The species Pinna nobilis and Ostrea edulis, which have disappeared from many points of the Mediterranean, exist still in small deposits in the Lagoon of Nador, but are subjugated to pollution and to poaching.  Another Gasteropode Mollusk, Patella ferruginea, equally endangered in the Mediterranean, is becoming more and rarer on our rocky coasts.

Among the most endangered Crustaceans, figuring 23 species: Aristeomorpha foliacea, Aristeus antennatus, Plesiopenaeus edwardsianus, Aristeus varidans, Crangon crongon, Palaemon serratus, Heterocarpus ensifer, Parapandalus narval, Plesionika martia, Solenocera membranacea, Parapenaeus longirostris, Penaeopsis serratus, Penaeus kerathurus, penaeus notialis, Sicyonia galeata, Scyllarides latus, Scyllarus arctus, Homarus gammarus, Nephrops norvegicus, Palinurus elephas, Palinurus mauritanicus, Palinurus regius.

The majority of species are shrimp, but, there are also ‘Homard’, ‘les Cigales de mer’, crayfish and prawn, which begin to be rarer on our coasts, especially in the northern zone of the Kingdom. One must perhaps add to this list the crab Cancer pagurus, very appreciated by European consumers. The crab exists in our country, though rare and its status is practically unknown. The most endangered group is certainly the Pisces, a group which plays a strategic role in the Moroccan economy and a crucial ecological role in the equilibrium of the marine ecosystem. A great number of species (close to 90) are exploited as much by coastal ships and high Moroccan seas as by those of other countries connected to Morocco by fishing treaties (The European Union, Russia, Japan, etc...). Among these fish, there are essentially sardines, ‘sardinelle’, anchovies, ‘chinchard’, ‘les thonides’, “les scobrides, ‘merlu’, ‘pageot’, red mullet, etc... which constitute the essential of the fishing.  Other species like ‘aloses’ (Alosa alosa, Alosa falax) and eel (Anguilla anguilla), amphihaline species, suffer other types of dangers. The ‘aloses’ have been affected by pollution (in particular in the principal sites of the Oued Sebou and Oued Bou Regreg), but also by the construction of hydrolic openings (dams) that have considerably lessened the arrival of freshwater in the estuaries, as well as by the intense pressure by fishers on the very valued species in Morocco.  As for eel, added to these anthropic actions, it is subjected to an anarchical overexploitation of its larval stage (‘civelle’) which are of very high market demand.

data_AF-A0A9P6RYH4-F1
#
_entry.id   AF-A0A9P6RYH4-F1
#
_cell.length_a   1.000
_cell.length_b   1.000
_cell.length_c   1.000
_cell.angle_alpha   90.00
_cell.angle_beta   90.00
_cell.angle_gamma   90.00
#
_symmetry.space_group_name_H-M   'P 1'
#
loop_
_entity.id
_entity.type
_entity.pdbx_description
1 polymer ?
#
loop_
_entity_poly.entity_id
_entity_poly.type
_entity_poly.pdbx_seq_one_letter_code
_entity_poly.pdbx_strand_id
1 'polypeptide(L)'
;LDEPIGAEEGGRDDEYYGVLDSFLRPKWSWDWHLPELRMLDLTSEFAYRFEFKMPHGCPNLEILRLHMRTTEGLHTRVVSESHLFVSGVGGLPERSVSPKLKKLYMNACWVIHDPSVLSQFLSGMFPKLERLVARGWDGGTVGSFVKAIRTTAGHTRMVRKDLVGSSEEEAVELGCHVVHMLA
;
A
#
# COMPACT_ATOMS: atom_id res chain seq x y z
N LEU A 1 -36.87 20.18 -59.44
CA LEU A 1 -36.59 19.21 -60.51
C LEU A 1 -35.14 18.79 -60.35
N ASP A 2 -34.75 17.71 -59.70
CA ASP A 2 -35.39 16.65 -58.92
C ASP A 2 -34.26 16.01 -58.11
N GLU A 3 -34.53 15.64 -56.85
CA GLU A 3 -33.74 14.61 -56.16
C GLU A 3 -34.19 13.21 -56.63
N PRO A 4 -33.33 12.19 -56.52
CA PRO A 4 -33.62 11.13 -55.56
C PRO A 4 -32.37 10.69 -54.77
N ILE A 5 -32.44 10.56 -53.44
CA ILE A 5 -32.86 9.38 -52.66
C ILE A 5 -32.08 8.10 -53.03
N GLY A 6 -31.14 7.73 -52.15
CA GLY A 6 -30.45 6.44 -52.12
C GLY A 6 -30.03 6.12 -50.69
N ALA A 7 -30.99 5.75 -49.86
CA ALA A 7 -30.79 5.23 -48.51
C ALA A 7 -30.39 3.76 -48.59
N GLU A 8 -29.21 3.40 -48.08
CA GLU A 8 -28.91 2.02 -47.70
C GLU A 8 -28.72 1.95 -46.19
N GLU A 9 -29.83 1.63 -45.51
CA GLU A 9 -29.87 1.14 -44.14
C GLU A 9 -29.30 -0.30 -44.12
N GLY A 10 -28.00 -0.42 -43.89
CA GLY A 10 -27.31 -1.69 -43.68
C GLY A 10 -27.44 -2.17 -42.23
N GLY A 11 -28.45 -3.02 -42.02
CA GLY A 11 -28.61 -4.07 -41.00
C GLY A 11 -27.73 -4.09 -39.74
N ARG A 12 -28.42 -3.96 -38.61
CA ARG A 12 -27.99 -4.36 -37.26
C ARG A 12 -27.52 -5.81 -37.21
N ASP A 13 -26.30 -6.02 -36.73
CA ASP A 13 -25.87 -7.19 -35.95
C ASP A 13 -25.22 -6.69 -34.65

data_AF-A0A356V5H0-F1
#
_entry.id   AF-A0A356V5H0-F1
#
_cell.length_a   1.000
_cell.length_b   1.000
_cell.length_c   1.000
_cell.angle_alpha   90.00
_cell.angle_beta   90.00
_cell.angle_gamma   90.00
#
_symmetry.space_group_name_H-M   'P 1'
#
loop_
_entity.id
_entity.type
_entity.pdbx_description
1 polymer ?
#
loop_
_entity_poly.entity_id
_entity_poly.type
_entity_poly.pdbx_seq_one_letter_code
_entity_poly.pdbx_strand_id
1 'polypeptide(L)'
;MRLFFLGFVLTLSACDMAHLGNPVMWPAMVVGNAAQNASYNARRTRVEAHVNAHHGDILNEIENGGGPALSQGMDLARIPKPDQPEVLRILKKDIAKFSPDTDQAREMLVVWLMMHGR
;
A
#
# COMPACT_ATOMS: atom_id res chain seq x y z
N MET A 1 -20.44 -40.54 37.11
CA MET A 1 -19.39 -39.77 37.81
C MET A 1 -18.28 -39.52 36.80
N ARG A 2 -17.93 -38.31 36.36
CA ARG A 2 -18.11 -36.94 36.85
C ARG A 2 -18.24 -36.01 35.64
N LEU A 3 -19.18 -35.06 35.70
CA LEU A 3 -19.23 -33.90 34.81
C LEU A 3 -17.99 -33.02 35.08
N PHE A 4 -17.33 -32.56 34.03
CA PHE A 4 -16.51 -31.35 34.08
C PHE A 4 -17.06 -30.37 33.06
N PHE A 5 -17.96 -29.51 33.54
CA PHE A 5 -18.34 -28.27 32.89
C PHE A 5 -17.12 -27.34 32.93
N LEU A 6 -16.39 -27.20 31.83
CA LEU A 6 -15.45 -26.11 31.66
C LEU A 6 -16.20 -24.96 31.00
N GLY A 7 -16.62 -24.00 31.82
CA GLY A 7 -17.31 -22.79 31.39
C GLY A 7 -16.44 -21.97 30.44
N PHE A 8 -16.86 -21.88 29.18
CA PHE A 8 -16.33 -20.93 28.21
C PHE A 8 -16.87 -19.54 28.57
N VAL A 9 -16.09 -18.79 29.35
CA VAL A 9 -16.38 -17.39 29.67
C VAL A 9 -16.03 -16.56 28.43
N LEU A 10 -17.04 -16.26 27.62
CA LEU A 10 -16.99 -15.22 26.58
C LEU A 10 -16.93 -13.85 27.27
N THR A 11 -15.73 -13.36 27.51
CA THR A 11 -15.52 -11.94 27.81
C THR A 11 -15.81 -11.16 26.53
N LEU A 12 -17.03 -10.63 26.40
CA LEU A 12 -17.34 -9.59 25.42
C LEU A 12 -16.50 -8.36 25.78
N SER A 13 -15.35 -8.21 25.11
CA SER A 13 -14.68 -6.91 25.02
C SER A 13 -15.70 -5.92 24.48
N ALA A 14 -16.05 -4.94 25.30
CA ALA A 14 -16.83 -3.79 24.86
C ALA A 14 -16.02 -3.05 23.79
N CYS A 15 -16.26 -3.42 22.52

All the six species of marine turtles that can be encountered on the Moroccan coasts are endangered, just as on the world scale. The most common species in Morocco, the Caouanne turtle (Caretta caretta), is often accidentally pulled out in the nets of fishermen. For example, the only given statistics which exist on this species and which dates from 1991 shows that in only one year, 3581 of these species were pulled out on the Mediterranean facade of our country. The Turtle-luth (Dermochelys coriacea) is equally endangered by accidental fishing, especially on the Saharan coasts of Morocco. In the south of Morocco and in Mauritania, another species, the green turtle (Chelonia mydas), is very well liked by the local population, which could hinder the maintainance of this population if rational measures of exploitation are not instituted. Other species, like the overlapping Turtle (Eretmochelys imbricata), the Kemp turtle (Lepidochelys kempi) and the olivace Turtle (Lepidochelys olivacea), are all very rare in our region.